Some of the cash might have kept top professional players in Wales, kept us in the European Cup, or centrally contracted all of the National Squad. There are many ways to skin this cat(astrophe)

This will be news and BAD NEWS at that, for all the clubs of Wales. Why?

  1. Because the clubs were never consulted over the decision to repay the debt early.
  2. Because it is clear that if this information got out there would be wholesale revolt.
  3. Because The Board either knew of this figure or more likely they did not and were not interested enough in the welfare of the clubs to demand the information.
  4. Because if the Executive knew of this figure and withheld it from the Board that would trigger a call for their dismissal.

So, either the Executive and Board were aware of this figure or they were not. Either way they are culpable of keeping the game poor throughout a really difficult period for all clubs in Wales.

On this basis alone the Chairman, Board, CEO and FD should immediately resign even before the EGM. Their actions are unforgivable and they need to pay the ultimate price.

I am sure though that they will claim my numbers are wrong. They will attempt to brush it all under the carpet. The clubs should demand to see their numbers.

There is another issue which needs to be highlighted. In my original document I stated the WRU had reserves of £11 million, as per their 2013 annual report. They said these reserves did not represent cash but have never explained what they are. We are still unsure but believe they may in some way be associated with the Stadium and Debentures.

The WRU have steadfastly said they have no cash reserves or extra money to give clubs. In fact they called my claims regarding these reserves “ludicrous and inaccurate”. If I now take their word for it, then why are there no cash reserves? Where has all the cash gone? Well you don’t have to be a genius to work out that it has all gone to pay off the debt early.

The WRU’s apparent lack of cash has led to the unseemly and highly unprofessional attempt to raise money from Sponsors (or “Business Partners”) to centrally contract players. I have never come across this sort of activity anywhere else in all my years in sports administration. If I was a sponsor and found out the WRU needed these funds because they needlessly paid down debt early, I would suggest some rather unpleasant things.

It is a matter of huge concern that a company turning over £60 million of member’s funds, does not have any cash reserves.

But that is not the only financial problem the WRU faces. I can reveal that there is an ongoing investigation into the WRU’s accounts by the Financial Reporting Council. It is alleged that the 2013 accounts are materially incorrect, principally due to an overstatement of expense/liabilities in relation to the regional rugby teams in the amount of £1M. If this is correct they have understated their profit by GBP 1million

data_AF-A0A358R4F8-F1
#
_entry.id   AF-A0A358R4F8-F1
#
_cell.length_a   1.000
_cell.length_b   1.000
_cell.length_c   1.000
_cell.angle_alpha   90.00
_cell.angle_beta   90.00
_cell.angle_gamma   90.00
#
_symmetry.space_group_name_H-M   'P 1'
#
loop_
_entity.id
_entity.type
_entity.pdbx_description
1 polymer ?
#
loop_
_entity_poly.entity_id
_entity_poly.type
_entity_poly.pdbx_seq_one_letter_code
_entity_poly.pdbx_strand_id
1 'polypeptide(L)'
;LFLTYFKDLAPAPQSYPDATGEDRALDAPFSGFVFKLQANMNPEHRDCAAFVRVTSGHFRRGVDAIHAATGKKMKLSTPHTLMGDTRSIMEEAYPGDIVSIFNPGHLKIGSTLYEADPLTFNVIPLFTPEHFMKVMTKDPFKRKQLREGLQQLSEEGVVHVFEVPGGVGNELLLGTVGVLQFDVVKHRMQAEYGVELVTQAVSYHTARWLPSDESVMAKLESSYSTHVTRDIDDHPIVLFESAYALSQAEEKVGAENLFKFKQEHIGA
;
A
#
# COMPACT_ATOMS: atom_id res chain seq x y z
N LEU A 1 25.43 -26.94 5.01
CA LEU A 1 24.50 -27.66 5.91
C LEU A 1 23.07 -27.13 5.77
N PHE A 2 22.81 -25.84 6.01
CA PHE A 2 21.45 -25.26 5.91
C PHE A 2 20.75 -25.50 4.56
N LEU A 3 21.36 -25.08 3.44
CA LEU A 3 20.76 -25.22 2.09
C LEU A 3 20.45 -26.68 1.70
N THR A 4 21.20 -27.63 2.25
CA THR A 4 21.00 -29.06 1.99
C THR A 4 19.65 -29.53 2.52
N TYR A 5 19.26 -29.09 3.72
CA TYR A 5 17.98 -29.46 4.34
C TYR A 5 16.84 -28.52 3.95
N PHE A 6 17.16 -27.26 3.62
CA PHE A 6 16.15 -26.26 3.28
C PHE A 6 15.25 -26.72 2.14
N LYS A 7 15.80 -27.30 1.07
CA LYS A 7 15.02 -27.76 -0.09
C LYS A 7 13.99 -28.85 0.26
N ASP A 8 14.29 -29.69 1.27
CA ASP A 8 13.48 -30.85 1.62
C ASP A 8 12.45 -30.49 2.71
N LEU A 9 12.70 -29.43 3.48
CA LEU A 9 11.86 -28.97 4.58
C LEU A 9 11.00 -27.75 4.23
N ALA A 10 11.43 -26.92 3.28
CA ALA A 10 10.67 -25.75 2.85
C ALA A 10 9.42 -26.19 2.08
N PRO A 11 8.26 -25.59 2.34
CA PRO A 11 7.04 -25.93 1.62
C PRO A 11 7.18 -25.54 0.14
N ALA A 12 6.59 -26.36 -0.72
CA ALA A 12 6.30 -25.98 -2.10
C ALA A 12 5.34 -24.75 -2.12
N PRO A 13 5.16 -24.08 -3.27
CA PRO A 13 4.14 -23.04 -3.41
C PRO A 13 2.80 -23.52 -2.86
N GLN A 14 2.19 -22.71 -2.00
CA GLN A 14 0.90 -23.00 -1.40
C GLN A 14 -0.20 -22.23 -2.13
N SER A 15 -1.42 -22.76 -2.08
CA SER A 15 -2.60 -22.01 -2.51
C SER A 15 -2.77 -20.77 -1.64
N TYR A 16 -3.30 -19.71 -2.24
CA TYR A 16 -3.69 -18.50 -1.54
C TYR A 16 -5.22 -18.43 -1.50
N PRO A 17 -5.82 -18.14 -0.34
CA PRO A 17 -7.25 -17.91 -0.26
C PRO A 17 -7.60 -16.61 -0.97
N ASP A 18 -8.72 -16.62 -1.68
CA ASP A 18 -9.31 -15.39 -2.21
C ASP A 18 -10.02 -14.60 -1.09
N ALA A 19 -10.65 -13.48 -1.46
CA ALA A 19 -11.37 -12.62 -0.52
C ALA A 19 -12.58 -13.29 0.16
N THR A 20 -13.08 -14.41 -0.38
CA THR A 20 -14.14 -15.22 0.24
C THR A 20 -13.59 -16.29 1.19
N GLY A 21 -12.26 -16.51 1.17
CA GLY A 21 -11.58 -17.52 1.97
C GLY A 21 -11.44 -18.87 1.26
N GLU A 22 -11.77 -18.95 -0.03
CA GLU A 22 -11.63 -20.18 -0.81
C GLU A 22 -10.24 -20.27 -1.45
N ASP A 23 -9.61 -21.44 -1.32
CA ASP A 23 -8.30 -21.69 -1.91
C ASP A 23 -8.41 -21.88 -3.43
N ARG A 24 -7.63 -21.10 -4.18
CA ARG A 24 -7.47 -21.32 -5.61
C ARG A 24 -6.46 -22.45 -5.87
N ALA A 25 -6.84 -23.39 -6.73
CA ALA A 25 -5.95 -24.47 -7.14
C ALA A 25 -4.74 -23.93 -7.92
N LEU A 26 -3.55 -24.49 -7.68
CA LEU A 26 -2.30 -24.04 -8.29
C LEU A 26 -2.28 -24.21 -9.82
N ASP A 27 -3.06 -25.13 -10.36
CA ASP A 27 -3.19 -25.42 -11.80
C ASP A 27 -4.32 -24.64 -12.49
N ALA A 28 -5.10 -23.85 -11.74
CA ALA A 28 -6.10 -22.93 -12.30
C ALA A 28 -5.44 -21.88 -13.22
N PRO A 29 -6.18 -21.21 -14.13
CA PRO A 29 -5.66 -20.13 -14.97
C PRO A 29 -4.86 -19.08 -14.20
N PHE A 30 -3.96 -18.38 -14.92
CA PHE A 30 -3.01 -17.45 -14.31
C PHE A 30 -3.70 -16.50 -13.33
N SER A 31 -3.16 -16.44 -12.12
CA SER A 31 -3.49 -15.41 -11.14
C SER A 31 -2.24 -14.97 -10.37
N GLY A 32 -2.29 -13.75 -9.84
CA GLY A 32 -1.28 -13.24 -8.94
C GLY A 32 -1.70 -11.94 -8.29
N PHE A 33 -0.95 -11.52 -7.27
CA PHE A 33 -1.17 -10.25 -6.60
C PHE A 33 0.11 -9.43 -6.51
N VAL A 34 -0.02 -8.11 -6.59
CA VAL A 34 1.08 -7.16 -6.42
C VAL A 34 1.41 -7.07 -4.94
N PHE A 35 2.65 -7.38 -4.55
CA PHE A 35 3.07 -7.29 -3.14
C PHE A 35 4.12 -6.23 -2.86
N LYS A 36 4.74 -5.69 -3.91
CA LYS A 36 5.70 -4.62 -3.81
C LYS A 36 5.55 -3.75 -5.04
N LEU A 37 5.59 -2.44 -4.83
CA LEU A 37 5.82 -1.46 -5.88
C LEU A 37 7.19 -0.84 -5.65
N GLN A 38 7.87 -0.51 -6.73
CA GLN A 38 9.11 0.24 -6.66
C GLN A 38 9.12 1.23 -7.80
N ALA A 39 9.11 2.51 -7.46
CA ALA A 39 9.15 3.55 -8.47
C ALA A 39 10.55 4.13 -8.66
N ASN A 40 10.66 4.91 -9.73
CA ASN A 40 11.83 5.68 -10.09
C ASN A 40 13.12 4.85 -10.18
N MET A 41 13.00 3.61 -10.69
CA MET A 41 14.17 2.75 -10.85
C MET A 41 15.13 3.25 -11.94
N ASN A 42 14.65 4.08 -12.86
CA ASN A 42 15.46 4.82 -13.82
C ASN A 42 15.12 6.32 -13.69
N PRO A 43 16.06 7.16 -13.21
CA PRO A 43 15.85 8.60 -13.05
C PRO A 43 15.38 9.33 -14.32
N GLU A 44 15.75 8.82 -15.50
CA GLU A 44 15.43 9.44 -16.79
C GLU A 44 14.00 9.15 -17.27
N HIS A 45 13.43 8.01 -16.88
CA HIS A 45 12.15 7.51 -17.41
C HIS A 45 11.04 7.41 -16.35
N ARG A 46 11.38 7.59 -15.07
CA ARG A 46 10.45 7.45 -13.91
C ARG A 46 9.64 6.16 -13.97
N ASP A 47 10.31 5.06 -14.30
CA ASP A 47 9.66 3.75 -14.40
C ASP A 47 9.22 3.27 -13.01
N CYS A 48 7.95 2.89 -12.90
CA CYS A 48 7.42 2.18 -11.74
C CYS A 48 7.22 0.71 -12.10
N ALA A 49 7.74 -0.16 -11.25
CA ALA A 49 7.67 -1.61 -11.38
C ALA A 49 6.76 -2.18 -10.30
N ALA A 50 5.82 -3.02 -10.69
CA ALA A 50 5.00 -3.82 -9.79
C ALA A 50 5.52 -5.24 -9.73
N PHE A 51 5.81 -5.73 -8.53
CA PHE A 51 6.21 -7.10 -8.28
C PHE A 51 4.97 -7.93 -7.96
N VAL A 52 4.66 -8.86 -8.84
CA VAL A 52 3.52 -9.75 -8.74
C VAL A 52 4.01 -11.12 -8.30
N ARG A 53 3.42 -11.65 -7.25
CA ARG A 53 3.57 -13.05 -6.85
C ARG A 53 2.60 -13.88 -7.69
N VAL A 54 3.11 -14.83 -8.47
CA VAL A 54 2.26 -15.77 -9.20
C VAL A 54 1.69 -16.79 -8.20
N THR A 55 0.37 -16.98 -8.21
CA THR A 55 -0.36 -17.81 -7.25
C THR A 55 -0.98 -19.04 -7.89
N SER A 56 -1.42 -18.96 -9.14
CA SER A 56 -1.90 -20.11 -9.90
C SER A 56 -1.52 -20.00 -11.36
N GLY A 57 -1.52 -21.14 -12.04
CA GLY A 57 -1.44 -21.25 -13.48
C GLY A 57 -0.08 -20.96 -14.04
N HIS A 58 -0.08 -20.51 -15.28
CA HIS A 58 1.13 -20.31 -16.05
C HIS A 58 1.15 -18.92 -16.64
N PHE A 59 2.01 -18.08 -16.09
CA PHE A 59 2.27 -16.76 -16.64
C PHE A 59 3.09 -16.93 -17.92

It’s not all doom and gloom though. There is good news for one set of people in all of this, and that is the WRUs own staff.

Since 2007, their numbers have swelled by 28%, wage costs have gone up by 50% and cost per employee has risen by 20% – an increase equivalent to £7,355 per person.

The salaries of the Chairman and CEO have risen by 67% from £229,000 to £383,000 during this period. The CEO in particular has done extremely well out of this. His pay even managed to increase when he was on sabbatical leave to run the ‘Yes’ campaign in 2011. It has risen from an annual equivalent of £220,000 in 2007 to an eye-watering £337,000 in 2013.

The actual salary increase awarded to the Group CEO for FY 2013 is in the region of a whopping £30,000. The WRU’s accounts spin this so that it does not appear so – at first reading it looks like an increase of £16,000; however FY 2012 emoluments included what appears to be a one off payment of £14,000 of Company contributions to a defined contribution pension scheme for the CEO. It will be interesting to know whether the £14,000 is accounted for on an ongoing basis, if not the increase is still a substantial £16,000 a year.

Finally, in a letter dated 9th April 2014, the WRU Chairman and CEO revealed a “multi million pound boost to the annual investment to the game in Wales”. The community game will benefit from a 13% increase to £2.6M from July 2014. This represents GBP 300,000 or the equivalent of sending the board, their wives, staff and others to 3 away games in the 6 Nations.

The community clubs will be delighted to learn that they will still collectively be receiving less than the WRU spent on the recent refurbishment of Millennium Stadium’s Hospitality Boxes (£3m).

In inimitable fashion the WRU will try and obfuscate and spin their way out of these issues. The clubs must bring them to account.

 

David Moffett, the Chief Executive of the Welsh Rugby Union

The Reasons Why

I left my position as CEO of The WRU in 2005, a year after extending my contract through to 2008. That probably seems quite bizarre, but I had no choice. I needed time out with my family & friends to recover from a severe clinical depression. The best place to do that was in our home in New Zealand.